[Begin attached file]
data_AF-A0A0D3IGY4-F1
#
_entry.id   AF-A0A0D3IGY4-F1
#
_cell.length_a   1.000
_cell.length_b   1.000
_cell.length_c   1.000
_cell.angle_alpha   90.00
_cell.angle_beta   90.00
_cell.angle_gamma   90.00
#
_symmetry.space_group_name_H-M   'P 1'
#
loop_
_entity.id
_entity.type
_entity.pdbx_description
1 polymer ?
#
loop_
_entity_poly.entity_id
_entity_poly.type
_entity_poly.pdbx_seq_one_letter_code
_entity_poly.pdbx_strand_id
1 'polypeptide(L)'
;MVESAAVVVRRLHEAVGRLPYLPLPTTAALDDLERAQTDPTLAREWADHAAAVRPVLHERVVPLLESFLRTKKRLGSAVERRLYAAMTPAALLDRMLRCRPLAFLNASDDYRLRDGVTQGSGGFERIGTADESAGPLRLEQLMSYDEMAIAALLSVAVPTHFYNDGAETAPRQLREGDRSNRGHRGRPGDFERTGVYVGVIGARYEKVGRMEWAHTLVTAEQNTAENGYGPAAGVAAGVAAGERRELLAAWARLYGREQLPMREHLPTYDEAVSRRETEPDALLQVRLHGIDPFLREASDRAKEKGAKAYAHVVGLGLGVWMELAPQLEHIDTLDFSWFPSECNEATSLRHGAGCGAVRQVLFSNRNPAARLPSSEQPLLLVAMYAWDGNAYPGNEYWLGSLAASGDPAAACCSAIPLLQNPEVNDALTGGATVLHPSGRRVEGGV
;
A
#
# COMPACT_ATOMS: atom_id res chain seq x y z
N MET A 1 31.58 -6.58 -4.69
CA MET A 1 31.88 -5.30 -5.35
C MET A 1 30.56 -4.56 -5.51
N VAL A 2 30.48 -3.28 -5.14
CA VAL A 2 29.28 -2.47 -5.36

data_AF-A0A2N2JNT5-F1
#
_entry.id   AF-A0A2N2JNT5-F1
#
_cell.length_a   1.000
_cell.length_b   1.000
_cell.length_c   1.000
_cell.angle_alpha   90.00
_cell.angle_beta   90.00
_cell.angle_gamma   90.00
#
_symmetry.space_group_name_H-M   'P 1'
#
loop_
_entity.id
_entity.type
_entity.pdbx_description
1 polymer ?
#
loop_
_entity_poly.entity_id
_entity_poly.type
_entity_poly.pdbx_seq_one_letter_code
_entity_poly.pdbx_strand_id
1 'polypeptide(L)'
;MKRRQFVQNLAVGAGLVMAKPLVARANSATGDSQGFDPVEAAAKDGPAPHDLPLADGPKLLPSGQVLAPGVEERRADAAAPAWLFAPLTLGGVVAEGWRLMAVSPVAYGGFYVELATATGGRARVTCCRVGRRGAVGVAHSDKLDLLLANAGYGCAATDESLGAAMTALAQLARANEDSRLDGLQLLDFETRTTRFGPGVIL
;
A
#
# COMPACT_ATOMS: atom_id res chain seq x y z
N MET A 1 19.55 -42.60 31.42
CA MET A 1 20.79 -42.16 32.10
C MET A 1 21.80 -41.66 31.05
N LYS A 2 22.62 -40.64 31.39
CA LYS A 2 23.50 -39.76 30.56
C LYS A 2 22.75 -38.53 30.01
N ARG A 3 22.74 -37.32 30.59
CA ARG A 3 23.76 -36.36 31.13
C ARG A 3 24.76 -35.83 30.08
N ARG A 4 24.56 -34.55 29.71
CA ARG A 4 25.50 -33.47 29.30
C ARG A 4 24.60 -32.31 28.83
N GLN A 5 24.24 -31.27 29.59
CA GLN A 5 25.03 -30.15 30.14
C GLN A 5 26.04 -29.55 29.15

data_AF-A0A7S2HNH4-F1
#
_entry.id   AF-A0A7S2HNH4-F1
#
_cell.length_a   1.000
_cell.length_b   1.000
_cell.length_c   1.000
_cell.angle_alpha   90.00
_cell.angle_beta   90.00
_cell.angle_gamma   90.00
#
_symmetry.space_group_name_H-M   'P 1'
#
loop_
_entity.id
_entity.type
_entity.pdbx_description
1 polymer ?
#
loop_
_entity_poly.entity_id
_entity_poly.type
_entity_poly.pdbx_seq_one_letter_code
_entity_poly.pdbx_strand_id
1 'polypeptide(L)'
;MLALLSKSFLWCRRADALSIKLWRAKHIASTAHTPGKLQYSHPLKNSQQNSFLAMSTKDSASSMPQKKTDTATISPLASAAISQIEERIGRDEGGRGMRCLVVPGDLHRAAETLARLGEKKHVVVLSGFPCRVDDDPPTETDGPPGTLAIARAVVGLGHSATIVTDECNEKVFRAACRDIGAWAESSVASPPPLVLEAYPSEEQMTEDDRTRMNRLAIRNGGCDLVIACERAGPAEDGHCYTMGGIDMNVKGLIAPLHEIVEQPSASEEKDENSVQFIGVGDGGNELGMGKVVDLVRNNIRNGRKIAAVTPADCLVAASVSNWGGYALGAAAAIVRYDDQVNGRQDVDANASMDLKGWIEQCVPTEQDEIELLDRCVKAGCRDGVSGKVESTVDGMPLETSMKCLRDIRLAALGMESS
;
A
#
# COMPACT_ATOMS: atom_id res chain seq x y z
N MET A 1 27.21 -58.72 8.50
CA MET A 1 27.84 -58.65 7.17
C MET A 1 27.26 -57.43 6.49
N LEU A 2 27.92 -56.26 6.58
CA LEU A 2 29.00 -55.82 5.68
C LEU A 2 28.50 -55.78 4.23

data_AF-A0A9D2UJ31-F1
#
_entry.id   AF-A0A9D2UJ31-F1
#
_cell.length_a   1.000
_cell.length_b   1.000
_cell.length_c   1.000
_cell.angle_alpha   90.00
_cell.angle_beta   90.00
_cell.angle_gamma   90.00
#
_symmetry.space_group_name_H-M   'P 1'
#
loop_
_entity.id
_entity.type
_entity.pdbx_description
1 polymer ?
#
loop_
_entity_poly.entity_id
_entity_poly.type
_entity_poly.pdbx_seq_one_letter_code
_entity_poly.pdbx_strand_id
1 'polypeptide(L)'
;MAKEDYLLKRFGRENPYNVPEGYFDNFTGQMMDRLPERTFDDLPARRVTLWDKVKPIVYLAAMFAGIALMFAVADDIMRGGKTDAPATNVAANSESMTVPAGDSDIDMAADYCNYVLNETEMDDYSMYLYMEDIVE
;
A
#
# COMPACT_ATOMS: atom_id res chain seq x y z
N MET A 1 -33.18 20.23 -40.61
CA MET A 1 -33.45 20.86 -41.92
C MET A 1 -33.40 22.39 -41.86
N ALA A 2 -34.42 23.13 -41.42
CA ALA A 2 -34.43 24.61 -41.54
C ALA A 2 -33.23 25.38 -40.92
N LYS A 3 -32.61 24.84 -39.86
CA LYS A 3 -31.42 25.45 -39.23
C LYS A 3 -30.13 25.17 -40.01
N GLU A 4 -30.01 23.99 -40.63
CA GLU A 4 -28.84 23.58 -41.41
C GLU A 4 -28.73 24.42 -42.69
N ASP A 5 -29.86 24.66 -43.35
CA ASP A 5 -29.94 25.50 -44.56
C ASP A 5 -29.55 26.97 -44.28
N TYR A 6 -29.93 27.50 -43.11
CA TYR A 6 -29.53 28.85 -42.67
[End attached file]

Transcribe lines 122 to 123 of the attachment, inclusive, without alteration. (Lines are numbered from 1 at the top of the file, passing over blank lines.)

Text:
_cell.length_b   1.000
_cell.length_c   1.000